Trekking With the Gorillas of Rwanda
If there is a safari that brings you any closer, on foot, to wild beasts capable of mauling you, I’m not sure I care to be on it.
One second you are bushwhacking through thickets of bamboo in Rwanda’s Volcanoes National Park, pulling yourself up a steep lava slope, toehold to toehold. The next, you turn a corner and sunlight streams through the canopy to illuminate a matted clump of black against a curtain of rain forest green. You’ve known this was coming and still you gasp. Seated perhaps 30 feet away is one of the roughly 900 mountain gorillas remaining on earth, a saggy-breasted female, and soon you see that she is cradling an infant in her lap. She wraps one arm around the 6-month-old while scratching her own ear with an extended index finger.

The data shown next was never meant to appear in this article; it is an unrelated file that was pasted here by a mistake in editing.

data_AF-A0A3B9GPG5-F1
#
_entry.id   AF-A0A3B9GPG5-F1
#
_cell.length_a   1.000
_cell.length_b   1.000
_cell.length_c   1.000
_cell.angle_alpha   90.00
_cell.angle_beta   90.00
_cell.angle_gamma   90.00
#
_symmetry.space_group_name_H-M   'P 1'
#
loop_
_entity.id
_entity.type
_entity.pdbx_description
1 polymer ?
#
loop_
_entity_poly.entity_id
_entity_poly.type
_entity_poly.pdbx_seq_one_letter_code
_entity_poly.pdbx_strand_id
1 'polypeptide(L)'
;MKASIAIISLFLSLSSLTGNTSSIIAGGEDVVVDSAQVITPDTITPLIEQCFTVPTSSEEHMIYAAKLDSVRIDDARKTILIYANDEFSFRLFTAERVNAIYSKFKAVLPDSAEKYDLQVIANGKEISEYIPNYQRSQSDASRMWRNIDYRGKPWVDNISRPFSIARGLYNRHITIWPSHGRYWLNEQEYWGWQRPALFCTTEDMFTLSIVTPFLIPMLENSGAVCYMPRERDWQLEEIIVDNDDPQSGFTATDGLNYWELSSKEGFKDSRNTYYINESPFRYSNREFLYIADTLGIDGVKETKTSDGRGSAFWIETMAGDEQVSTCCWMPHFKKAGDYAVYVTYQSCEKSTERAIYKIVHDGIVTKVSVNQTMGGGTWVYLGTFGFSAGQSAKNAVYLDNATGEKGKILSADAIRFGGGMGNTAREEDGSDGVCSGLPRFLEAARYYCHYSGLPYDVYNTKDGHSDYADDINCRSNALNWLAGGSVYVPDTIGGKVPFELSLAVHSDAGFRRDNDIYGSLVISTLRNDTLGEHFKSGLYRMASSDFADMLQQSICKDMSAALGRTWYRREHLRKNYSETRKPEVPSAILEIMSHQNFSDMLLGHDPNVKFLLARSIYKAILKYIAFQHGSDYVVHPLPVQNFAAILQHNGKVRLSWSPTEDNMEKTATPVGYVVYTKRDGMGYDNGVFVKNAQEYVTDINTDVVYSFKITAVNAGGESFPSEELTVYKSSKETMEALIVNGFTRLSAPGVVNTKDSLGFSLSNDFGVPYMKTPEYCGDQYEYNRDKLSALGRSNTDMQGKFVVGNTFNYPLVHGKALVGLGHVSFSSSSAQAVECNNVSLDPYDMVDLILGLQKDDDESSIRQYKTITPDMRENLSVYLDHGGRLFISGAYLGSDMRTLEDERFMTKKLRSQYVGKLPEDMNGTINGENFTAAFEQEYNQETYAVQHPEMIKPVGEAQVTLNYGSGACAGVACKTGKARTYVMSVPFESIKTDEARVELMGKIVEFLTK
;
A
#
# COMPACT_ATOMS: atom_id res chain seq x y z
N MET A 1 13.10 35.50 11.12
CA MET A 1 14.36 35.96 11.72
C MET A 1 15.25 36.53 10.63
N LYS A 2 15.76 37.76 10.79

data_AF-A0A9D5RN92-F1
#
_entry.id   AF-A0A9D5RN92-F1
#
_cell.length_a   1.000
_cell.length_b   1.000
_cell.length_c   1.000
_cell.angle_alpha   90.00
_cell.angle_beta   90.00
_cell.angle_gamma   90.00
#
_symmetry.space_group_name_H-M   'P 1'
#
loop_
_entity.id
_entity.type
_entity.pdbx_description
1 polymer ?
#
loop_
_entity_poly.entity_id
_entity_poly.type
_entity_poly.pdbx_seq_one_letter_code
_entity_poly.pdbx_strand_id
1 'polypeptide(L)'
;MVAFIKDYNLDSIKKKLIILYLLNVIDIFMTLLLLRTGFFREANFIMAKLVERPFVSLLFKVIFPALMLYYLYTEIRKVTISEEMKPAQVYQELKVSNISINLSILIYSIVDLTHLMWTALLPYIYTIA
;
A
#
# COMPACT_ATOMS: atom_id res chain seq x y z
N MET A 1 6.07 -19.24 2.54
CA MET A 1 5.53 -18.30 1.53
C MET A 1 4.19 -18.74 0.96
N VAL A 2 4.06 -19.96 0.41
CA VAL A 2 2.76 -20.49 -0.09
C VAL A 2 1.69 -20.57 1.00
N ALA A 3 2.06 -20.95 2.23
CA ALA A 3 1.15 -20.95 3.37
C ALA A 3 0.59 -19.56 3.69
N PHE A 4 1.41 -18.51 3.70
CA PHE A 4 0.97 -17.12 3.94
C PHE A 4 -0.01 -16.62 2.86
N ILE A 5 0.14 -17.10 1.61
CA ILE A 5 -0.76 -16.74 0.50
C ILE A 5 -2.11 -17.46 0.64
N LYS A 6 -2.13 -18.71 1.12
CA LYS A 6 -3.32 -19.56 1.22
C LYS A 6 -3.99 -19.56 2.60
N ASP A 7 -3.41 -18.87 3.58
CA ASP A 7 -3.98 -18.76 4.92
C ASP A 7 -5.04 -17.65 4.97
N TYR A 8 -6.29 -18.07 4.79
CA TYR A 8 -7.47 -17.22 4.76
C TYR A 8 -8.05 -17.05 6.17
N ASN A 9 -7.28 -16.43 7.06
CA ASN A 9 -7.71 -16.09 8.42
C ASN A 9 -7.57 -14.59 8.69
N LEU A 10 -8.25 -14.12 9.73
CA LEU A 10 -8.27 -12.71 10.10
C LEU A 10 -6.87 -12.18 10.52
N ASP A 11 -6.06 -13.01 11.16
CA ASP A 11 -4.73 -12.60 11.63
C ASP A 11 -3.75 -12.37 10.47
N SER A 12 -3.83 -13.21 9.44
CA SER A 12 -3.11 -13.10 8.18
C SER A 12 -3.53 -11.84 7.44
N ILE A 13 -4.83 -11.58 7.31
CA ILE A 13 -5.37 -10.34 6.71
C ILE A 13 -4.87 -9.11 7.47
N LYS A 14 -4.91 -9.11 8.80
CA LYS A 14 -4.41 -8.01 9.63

She is the advanced sentry for the Hirwa family, a clan of 20, and to the extent that she seems to care at all about our arrival, her attitude smacks of “What took you so long?” We freeze, then tiptoe forward to give all eight trekkers in our group a clear sightline. Cameras are unholstered faster than six-shooters at a gunfight.
Soon two siblings tumble out of the brush, abruptly disrupting the maternal one-on-one time. As the imps wrestle and roll, the mother flops on her back in surrender.
Any anthropomorphism must be forgiven; it is impossible not to be struck by the humanoid nature of these neighbors on the evolutionary chain. While observing so much of African wildlife — warthogs, elephants, giraffes — one marvels at their prehistoric form and questions our placement in the same biological class. With the mountain gorillas of Rwanda, which share 98 percent of our DNA, we are looking into a mirror, and they are looking impassively back.